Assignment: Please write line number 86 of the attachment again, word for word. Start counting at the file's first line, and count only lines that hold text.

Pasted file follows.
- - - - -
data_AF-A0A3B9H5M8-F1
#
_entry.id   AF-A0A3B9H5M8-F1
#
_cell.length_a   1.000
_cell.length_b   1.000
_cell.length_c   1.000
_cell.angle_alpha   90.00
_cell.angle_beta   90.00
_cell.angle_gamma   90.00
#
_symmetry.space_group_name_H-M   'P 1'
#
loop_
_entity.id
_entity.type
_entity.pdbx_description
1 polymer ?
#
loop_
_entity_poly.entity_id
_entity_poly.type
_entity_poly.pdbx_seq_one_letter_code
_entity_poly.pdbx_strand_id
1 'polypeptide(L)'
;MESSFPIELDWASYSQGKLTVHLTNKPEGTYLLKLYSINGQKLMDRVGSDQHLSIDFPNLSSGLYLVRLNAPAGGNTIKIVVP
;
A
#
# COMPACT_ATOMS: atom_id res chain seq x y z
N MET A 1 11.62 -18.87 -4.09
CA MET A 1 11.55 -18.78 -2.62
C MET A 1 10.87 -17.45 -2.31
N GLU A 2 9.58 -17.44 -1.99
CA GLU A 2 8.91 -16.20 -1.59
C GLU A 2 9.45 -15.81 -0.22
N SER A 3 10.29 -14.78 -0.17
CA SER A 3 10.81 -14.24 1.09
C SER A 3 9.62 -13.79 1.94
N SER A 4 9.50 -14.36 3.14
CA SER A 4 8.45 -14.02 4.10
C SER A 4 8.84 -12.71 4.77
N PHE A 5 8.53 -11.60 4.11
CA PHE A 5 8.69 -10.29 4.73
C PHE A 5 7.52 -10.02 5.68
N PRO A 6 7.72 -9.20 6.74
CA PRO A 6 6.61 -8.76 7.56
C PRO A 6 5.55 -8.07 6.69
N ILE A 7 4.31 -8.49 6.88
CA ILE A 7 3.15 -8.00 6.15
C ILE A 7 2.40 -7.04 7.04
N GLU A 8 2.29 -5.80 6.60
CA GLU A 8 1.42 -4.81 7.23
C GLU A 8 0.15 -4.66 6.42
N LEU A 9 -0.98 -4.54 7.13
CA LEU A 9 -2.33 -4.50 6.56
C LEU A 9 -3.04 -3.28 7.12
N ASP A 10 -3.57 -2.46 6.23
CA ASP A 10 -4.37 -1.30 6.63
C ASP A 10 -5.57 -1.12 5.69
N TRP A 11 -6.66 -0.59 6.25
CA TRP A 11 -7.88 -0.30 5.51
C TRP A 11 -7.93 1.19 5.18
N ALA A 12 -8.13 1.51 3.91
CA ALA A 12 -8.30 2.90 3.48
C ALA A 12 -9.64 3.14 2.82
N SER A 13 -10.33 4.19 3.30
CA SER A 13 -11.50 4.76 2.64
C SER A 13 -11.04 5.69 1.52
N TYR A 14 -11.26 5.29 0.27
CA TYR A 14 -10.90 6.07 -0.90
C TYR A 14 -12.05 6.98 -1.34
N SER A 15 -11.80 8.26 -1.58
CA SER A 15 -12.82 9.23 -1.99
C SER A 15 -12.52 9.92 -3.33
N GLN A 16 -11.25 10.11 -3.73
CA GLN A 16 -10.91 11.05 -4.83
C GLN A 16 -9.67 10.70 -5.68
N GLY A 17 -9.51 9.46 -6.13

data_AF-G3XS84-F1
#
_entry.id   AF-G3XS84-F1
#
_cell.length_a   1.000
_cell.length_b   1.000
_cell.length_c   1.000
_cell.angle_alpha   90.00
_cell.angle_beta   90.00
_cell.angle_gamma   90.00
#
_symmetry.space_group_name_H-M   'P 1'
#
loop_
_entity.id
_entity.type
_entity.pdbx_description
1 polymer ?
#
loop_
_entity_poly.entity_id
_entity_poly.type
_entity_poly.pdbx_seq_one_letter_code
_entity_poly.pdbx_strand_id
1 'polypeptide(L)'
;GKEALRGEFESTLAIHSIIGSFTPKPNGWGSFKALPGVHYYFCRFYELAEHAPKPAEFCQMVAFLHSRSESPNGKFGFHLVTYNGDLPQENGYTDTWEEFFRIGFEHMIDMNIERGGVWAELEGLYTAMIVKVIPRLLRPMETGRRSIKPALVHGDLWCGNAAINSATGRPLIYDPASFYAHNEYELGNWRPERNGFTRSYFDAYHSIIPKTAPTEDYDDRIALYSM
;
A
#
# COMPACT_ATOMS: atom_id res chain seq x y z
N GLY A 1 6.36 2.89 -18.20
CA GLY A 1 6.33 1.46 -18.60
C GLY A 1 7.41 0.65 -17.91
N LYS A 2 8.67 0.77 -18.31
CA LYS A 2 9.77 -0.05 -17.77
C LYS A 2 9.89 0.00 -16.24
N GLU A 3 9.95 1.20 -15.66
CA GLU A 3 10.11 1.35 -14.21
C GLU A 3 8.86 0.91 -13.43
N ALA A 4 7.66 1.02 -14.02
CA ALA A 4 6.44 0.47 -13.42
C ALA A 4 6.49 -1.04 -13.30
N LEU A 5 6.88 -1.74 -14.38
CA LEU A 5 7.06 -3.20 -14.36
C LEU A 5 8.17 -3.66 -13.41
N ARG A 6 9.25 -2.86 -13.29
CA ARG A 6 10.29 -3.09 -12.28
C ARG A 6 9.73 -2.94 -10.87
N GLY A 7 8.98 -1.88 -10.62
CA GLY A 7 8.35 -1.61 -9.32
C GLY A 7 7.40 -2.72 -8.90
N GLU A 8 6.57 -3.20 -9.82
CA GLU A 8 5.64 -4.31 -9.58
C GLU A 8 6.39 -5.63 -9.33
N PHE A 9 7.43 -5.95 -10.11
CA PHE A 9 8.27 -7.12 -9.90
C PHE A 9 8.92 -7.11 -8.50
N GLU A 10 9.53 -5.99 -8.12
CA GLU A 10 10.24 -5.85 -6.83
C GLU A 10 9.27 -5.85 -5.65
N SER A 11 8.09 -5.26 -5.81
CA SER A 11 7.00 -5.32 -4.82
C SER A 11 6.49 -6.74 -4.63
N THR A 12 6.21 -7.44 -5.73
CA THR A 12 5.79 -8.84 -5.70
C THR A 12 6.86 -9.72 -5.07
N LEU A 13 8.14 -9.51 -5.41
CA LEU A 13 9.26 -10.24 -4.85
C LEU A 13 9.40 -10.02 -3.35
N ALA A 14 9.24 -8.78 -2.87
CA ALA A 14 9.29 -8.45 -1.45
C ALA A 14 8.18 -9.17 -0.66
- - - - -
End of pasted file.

_cell.length_c   1.000